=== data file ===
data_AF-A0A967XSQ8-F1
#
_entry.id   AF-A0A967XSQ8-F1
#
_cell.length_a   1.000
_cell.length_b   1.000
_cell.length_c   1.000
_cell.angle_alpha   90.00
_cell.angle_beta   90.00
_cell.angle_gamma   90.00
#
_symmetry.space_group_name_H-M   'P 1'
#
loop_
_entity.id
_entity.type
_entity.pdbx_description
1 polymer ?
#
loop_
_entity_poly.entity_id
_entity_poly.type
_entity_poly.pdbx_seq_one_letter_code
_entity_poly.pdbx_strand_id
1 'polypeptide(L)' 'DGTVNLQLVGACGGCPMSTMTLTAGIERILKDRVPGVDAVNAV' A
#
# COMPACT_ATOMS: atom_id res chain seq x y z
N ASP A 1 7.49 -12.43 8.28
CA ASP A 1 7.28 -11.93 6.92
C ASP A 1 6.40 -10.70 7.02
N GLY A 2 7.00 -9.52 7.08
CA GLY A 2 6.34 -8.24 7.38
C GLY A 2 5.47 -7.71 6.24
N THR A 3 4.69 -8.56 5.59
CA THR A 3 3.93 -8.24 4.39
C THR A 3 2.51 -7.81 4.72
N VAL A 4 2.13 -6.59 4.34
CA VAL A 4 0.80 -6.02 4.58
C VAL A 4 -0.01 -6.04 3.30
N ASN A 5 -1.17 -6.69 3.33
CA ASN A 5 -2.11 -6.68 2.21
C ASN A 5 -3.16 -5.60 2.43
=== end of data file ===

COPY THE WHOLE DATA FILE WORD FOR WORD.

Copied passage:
data_AF-A0A967XSQ8-F1
#
_entry.id   AF-A0A967XSQ8-F1
#
_cell.length_a   1.000
_cell.length_b   1.000
_cell.length_c   1.000
_cell.angle_alpha   90.00
_cell.angle_beta   90.00
_cell.angle_gamma   90.00
#
_symmetry.space_group_name_H-M   'P 1'
#
loop_
_entity.id
_entity.type
_entity.pdbx_description
1 polymer ?
#
loop_
_entity_poly.entity_id
_entity_poly.type
_entity_poly.pdbx_seq_one_letter_code
_entity_poly.pdbx_strand_id
1 'polypeptide(L)' 'DGTVNLQLVGACGGCPMSTMTLTAGIERILKDRVPGVDAVNAV' A
#
# COMPACT_ATOMS: atom_id res chain seq x y z
N ASP A 1 7.49 -12.43 8.28
CA ASP A 1 7.28 -11.93 6.92
C ASP A 1 6.40 -10.70 7.02
N GLY A 2 7.00 -9.52 7.08
CA GLY A 2 6.34 -8.24 7.38
C GLY A 2 5.47 -7.71 6.24
N THR A 3 4.69 -8.56 5.59
CA THR A 3 3.93 -8.24 4.39
C THR A 3 2.51 -7.81 4.72
N VAL A 4 2.13 -6.59 4.34
CA VAL A 4 0.80 -6.02 4.58
C VAL A 4 -0.01 -6.04 3.30
N ASN A 5 -1.17 -6.69 3.33
CA ASN A 5 -2.11 -6.68 2.21
C ASN A 5 -3.16 -5.60 2.43